Great review of our recent work on what happens when you disconnect the two hemispheres of the brain, by Lucina Uddin, in TICS.
Our new paper just came out in PNAS: O’Reilly Croxson et al. Causal effect of disconnection lesions on interhemispheric functional connectivity in rhesus monkeys.
Sectioning the corpus callosum in monkeys leads to breakdown in functional connectivity between the hemispheres. However, when the anterior commissure is left intact, a surprising amount of functional connectivity between the hemispheres remains. The relationship between cortico-cortical structural connections and functional connectivity is not as simple as we once thought.
Mark Baxter and I wrote a commentary on this great paper by Rudebeck et al. They showed that the orbitofrontal cortex, a brain region thought to be involved in behavioural flexibility and emotion processing, may actually have a more restricted role than previously thought. Damage to the orbitofrontal cortex in monkeys and in humans can also lead to damage to the white matter tracts passing through it, and if those tracts are spared then the effect of the damage to orbitofrontal cortex is limited. It shows that we should be cautious when interpreting the effects of lesion studies. The orbitofrontal cortex is more likely to have a specific role in goal-directed behaviour and outcome expectation.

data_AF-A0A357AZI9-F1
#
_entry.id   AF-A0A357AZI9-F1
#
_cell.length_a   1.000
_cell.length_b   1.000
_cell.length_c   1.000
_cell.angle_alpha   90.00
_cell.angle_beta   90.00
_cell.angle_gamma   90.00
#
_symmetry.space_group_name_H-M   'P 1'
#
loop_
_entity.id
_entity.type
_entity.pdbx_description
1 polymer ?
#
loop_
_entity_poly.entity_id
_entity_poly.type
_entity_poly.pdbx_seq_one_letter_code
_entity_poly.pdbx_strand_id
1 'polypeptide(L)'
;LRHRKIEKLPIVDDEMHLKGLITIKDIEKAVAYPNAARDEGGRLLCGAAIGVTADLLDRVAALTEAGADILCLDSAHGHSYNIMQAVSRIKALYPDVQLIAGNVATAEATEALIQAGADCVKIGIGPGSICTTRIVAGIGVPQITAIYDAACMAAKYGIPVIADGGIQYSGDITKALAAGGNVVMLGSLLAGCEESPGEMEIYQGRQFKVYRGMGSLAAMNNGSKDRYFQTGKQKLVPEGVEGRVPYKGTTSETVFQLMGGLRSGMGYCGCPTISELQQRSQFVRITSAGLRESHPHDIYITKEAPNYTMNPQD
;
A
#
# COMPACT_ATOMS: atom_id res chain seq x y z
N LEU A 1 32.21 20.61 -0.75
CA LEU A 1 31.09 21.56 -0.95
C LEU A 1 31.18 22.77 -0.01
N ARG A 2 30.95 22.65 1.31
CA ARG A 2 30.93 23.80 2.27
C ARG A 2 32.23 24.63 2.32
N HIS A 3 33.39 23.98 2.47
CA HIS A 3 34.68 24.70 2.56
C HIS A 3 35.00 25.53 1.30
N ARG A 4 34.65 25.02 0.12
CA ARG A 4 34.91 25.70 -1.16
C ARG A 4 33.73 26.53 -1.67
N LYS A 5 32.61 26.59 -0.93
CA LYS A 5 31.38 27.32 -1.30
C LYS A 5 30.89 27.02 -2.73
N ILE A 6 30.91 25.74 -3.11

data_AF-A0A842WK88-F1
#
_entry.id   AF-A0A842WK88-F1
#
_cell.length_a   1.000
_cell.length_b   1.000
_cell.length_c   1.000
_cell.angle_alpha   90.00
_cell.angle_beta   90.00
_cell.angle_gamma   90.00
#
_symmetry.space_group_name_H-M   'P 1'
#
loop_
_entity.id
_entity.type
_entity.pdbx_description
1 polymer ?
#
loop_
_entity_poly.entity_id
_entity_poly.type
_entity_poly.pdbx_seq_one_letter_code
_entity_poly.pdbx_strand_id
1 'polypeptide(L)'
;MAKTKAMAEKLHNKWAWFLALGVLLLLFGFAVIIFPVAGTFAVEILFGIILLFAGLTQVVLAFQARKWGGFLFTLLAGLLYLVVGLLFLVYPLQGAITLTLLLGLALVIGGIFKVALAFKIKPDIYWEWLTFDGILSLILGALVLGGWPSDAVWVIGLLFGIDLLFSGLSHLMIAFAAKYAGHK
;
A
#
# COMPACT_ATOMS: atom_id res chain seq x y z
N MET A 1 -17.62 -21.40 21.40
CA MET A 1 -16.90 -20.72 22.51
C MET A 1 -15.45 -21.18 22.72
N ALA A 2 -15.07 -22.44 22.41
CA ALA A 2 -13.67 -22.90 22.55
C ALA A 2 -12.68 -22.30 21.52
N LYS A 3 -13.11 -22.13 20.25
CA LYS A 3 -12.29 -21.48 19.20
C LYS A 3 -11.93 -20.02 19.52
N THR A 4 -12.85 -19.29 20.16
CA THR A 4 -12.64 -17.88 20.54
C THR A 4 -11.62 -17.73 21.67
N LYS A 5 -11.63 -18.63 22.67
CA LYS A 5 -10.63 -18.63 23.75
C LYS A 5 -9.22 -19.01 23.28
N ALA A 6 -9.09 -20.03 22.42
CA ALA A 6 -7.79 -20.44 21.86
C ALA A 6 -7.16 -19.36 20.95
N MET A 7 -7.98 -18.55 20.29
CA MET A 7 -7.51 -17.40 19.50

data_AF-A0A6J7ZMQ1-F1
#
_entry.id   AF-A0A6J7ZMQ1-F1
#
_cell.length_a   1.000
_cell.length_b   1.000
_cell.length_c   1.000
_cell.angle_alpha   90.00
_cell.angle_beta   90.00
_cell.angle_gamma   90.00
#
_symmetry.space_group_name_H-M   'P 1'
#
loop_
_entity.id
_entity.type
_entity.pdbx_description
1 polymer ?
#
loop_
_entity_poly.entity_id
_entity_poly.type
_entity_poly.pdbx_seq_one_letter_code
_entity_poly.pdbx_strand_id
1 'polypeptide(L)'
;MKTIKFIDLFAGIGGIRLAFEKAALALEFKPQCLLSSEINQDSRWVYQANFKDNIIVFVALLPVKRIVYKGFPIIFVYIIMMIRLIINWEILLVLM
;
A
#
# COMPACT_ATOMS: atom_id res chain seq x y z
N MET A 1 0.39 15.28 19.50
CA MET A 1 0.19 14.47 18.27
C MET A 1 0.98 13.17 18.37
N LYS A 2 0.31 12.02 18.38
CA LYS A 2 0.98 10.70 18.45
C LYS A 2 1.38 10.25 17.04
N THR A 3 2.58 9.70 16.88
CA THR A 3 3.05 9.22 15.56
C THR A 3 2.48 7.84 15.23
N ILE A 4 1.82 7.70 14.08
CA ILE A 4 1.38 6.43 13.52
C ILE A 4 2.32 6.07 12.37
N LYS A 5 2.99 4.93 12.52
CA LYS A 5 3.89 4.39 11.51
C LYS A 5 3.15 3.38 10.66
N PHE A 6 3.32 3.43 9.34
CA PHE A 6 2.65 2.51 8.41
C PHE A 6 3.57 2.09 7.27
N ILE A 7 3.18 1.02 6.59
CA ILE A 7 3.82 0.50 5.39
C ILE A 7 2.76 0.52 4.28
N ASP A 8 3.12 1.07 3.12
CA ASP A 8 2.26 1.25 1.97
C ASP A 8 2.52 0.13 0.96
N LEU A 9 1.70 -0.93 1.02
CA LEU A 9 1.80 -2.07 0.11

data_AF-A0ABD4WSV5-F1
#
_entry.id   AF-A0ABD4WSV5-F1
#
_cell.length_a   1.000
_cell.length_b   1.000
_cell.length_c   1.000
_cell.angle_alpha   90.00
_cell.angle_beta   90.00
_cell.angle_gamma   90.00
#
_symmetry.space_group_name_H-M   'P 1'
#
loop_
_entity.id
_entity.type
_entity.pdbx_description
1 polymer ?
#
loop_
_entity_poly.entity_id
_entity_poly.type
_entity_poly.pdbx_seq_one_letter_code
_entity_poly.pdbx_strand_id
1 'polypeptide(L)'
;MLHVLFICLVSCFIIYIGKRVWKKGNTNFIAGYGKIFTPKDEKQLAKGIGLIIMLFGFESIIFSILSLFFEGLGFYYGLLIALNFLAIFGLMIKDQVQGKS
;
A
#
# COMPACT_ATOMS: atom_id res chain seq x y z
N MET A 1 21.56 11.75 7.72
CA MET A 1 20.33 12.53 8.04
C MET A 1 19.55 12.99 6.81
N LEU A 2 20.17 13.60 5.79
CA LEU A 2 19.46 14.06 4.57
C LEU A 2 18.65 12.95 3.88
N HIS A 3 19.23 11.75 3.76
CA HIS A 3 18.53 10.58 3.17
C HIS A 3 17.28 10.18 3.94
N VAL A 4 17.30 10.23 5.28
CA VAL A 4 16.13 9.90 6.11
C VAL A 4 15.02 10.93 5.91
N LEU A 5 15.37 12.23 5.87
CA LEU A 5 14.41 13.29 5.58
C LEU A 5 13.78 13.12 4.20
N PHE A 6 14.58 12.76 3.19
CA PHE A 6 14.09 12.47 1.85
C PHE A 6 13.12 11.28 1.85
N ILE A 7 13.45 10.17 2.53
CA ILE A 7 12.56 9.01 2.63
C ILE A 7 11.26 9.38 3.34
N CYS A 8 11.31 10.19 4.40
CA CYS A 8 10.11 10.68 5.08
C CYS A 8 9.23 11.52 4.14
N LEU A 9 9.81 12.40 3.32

On July 1, 2013 I became Assistant Professor in the Departments of Neuroscience and Psychiatry at the Icahn School of Medicine at Mount Sinai. I’m in the process of setting up my own lab studying the role of the prefrontal and temporal cortex in memory using neurochemical depletions, lesions and MRI.
I am this week’s Story Collider podcast, telling my story: as I began to study memory, I also learned a new way of thinking about my grandmother’s failing memory.